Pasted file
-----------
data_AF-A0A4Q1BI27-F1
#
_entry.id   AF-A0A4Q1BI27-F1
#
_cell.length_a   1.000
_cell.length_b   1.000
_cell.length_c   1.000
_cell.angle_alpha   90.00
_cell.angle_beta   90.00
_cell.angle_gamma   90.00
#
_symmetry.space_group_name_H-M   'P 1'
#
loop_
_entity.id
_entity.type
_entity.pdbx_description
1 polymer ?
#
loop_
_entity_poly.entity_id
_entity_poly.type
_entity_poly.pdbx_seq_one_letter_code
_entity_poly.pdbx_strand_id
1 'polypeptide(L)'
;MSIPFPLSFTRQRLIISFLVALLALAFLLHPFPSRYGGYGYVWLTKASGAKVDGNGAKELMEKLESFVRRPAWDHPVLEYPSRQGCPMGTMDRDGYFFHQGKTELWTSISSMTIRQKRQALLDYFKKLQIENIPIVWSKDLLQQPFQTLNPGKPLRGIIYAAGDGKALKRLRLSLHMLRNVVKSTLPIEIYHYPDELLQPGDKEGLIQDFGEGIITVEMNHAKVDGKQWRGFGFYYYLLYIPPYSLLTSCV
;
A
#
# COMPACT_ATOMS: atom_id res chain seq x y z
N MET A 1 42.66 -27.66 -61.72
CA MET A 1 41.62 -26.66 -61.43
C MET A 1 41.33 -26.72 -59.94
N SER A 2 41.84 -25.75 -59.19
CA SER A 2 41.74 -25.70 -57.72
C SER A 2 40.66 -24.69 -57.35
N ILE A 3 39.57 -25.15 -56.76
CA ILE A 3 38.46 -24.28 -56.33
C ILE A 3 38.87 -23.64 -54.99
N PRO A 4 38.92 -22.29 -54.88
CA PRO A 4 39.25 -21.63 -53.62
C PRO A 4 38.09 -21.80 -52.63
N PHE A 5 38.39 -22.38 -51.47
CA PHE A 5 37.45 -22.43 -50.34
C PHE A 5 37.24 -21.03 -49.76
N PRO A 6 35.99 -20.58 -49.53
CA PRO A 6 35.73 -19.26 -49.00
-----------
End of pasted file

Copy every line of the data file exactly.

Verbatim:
data_AF-A0A4Q1BI27-F1
#
_entry.id   AF-A0A4Q1BI27-F1
#
_cell.length_a   1.000
_cell.length_b   1.000
_cell.length_c   1.000
_cell.angle_alpha   90.00
_cell.angle_beta   90.00
_cell.angle_gamma   90.00
#
_symmetry.space_group_name_H-M   'P 1'
#
loop_
_entity.id
_entity.type
_entity.pdbx_description
1 polymer ?
#
loop_
_entity_poly.entity_id
_entity_poly.type
_entity_poly.pdbx_seq_one_letter_code
_entity_poly.pdbx_strand_id
1 'polypeptide(L)'
;MSIPFPLSFTRQRLIISFLVALLALAFLLHPFPSRYGGYGYVWLTKASGAKVDGNGAKELMEKLESFVRRPAWDHPVLEYPSRQGCPMGTMDRDGYFFHQGKTELWTSISSMTIRQKRQALLDYFKKLQIENIPIVWSKDLLQQPFQTLNPGKPLRGIIYAAGDGKALKRLRLSLHMLRNVVKSTLPIEIYHYPDELLQPGDKEGLIQDFGEGIITVEMNHAKVDGKQWRGFGFYYYLLYIPPYSLLTSCV
;
A
#
# COMPACT_ATOMS: atom_id res chain seq x y z
N MET A 1 42.66 -27.66 -61.72
CA MET A 1 41.62 -26.66 -61.43
C MET A 1 41.33 -26.72 -59.94
N SER A 2 41.84 -25.75 -59.19
CA SER A 2 41.74 -25.70 -57.72
C SER A 2 40.66 -24.69 -57.35
N ILE A 3 39.57 -25.15 -56.76
CA ILE A 3 38.46 -24.28 -56.33
C ILE A 3 38.87 -23.64 -54.99
N PRO A 4 38.92 -22.29 -54.88
CA PRO A 4 39.25 -21.63 -53.62
C PRO A 4 38.09 -21.80 -52.63
N PHE A 5 38.39 -22.38 -51.47
CA PHE A 5 37.45 -22.43 -50.34
C PHE A 5 37.24 -21.03 -49.76
N PRO A 6 35.99 -20.58 -49.53
CA PRO A 6 35.73 -19.26 -49.00